Following the questions…

For the past two weeks I’ve been in South Carolina listening to the stories of old friends and new friends.   Something is afoot with people all over.  From Hungary to Hawaii, from the Mason-Dixon line to the Bible Belt people are restless and tired of the same ‘ol same ‘ol.  In this South Carolina community known for church hopping, friends are giving up even on the hope of finding the missing piece in the church across the way.  They’re asking (at last) questions that could lead us right into a twenty-first century Reformation: “Where are people experiencing grace?”  “Where are broken people sharing their lives in authentic community?”  “Where are weary ones resting in the love of the Father?”  “Where are weak and the poor being cared for?” “Where is the kingdom?”

Religion has set itself up for a fatal blow.  If these questions are left unchecked they’ll lead into something as new as tomorrow and as old as the dance between the Father, Son and Spirit:  If we’re not careful such dangerous questions might lead to the end of religion itself to a wide-open movement that follows Jesus into the radical, unorthodox ways of the kingdom.

4 thoughts on “Following the questions…”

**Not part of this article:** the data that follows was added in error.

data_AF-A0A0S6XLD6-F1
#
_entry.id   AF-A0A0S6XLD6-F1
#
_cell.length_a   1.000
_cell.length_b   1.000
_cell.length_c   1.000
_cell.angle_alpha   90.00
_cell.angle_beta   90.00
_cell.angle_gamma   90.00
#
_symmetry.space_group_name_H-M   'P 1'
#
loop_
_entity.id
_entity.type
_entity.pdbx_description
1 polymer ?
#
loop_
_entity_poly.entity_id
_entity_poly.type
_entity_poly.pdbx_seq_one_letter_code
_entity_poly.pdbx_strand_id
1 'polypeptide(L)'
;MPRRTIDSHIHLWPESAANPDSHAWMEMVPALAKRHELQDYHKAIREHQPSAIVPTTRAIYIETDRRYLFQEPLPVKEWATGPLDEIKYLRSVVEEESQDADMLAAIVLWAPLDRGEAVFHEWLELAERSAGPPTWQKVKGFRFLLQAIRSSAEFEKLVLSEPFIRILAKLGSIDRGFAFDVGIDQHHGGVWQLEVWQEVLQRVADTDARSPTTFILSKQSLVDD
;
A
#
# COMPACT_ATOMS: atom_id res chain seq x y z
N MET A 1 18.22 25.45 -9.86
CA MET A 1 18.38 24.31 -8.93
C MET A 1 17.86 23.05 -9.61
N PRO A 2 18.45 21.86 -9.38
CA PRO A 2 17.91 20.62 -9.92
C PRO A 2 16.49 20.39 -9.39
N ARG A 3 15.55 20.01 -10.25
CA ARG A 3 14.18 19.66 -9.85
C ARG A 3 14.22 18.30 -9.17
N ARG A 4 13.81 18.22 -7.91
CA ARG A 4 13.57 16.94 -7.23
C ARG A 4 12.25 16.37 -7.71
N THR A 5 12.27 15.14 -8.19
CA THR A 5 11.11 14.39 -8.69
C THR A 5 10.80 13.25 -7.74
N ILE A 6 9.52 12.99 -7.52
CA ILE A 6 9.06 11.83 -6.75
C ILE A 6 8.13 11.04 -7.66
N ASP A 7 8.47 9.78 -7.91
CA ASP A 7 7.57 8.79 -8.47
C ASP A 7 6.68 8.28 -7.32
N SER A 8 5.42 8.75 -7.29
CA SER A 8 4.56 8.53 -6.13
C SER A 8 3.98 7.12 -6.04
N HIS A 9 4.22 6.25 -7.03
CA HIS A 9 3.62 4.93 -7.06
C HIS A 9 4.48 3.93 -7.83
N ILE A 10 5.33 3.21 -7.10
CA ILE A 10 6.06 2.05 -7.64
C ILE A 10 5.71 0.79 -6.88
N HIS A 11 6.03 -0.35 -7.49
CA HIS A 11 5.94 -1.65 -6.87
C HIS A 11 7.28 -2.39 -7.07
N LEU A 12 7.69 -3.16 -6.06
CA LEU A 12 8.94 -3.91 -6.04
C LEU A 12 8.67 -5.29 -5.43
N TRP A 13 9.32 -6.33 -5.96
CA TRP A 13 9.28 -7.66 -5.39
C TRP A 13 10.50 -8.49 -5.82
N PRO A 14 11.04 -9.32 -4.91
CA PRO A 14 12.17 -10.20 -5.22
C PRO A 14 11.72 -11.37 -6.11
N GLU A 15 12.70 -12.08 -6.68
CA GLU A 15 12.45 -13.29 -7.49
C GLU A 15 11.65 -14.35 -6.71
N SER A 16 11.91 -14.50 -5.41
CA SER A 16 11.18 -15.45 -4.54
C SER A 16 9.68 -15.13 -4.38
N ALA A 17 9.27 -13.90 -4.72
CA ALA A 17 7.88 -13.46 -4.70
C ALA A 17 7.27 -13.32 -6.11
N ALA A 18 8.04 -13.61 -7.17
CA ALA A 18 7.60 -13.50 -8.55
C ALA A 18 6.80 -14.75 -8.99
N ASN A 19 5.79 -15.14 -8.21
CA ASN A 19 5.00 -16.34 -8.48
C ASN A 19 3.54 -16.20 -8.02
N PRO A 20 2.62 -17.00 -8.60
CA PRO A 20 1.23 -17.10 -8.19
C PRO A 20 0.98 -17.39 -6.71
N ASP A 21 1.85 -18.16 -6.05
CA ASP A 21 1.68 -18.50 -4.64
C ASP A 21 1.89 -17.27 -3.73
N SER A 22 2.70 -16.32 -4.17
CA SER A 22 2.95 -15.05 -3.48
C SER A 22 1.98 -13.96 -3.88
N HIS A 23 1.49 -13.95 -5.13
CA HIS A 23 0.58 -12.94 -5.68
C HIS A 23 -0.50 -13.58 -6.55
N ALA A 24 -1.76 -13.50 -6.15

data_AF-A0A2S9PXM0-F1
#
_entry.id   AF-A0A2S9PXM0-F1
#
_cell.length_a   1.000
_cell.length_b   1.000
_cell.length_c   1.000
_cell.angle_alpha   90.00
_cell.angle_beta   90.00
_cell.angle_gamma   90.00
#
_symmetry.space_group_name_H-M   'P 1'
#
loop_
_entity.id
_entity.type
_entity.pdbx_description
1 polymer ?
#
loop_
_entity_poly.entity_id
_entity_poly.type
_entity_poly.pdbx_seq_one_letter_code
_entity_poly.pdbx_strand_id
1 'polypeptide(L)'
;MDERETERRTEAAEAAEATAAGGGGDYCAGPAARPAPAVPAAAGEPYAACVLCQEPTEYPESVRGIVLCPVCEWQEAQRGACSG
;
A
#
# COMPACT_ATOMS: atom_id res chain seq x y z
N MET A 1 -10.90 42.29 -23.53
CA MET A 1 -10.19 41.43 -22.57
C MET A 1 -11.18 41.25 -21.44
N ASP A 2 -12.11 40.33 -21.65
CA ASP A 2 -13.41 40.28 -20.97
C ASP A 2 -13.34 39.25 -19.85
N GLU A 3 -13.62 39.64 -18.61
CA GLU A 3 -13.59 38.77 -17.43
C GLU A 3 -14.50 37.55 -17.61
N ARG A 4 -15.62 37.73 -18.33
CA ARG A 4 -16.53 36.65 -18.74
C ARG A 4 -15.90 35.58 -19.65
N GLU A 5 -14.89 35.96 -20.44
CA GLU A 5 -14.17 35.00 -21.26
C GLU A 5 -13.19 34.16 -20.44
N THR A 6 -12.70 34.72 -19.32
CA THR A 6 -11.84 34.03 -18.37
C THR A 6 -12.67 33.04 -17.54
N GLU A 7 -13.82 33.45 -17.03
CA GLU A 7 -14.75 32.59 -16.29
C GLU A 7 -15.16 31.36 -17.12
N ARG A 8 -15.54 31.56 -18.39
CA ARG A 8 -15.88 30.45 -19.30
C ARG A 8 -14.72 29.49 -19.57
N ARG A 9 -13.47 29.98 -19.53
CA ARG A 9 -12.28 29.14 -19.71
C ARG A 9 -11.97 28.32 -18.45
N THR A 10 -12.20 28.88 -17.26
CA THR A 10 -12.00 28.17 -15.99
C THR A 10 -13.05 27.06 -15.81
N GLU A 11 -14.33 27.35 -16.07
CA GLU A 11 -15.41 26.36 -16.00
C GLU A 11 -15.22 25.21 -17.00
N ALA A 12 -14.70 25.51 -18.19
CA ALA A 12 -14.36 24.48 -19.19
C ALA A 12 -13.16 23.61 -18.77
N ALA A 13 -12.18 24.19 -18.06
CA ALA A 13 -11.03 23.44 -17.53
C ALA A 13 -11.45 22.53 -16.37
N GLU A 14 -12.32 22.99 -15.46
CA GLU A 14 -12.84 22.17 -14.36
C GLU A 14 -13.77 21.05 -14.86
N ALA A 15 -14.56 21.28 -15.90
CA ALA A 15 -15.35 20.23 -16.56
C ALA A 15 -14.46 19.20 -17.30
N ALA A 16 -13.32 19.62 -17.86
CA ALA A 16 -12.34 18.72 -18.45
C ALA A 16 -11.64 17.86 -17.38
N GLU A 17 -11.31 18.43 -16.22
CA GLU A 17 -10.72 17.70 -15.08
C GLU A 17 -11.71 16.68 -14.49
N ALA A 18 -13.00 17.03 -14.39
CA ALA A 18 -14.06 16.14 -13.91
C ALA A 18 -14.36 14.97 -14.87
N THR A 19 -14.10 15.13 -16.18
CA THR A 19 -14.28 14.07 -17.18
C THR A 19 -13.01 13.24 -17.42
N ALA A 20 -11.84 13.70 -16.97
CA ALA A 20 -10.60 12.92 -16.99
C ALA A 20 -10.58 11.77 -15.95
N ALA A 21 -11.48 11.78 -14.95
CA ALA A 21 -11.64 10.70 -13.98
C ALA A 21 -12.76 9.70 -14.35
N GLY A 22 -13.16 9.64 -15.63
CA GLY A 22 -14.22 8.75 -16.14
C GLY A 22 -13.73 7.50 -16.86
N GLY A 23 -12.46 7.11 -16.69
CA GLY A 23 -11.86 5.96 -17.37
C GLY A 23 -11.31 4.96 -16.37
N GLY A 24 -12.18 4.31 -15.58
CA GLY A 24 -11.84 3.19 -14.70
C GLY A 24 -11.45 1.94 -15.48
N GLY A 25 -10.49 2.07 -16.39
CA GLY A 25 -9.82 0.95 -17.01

1. Best-selling author, social activist and megachurch pastor Rick Warren described the social gospel supported by many of the mainline churches as “Marxism in Christian clothing.”

    “[W]e don’t need to care about redemption, the cross, repentance. All we need to do is redeem the social structures of society and if we make those social structures better the world will become a better place,” explained Warren as he described the beliefs behind those who support the “social gospel,” in his interview with Beliefnet.com, which was posted Monday.

    “Really in many ways it was just Marxism in Christian clothing,” he criticized. “[I]t was in vogue at that time that if we redeem society then man will automatically get better. It didn’t deal with the heart.”

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  2. Stop wondering and start living it. Stop engaging in church activities and start pursuing godly relationships. Stop retreating to your fortress of solitude every evening and start seeking to meet with God and fellow believers regularly and often. Above all seek Him, wait for Him, and in all things be obedient to the Lord.

    The early church had no buildings or programs, yet added to there number daily. Grace is experienced where it is needed, not in a building. Community is experienced at home, in your neighborhood, not at a building. Resting in the Father happens on your knees, not at a building. The poor are cared for where they are, not at a building. The Kingdom is wherever you are, because we are joint heirs with Christ! “Wait on the Lord; be of good courage, and he shall strength thine heart: wait, I say, on the Lord.” Ps 27:14

    As for me. I believe I will see the good of the Lord in the land of living!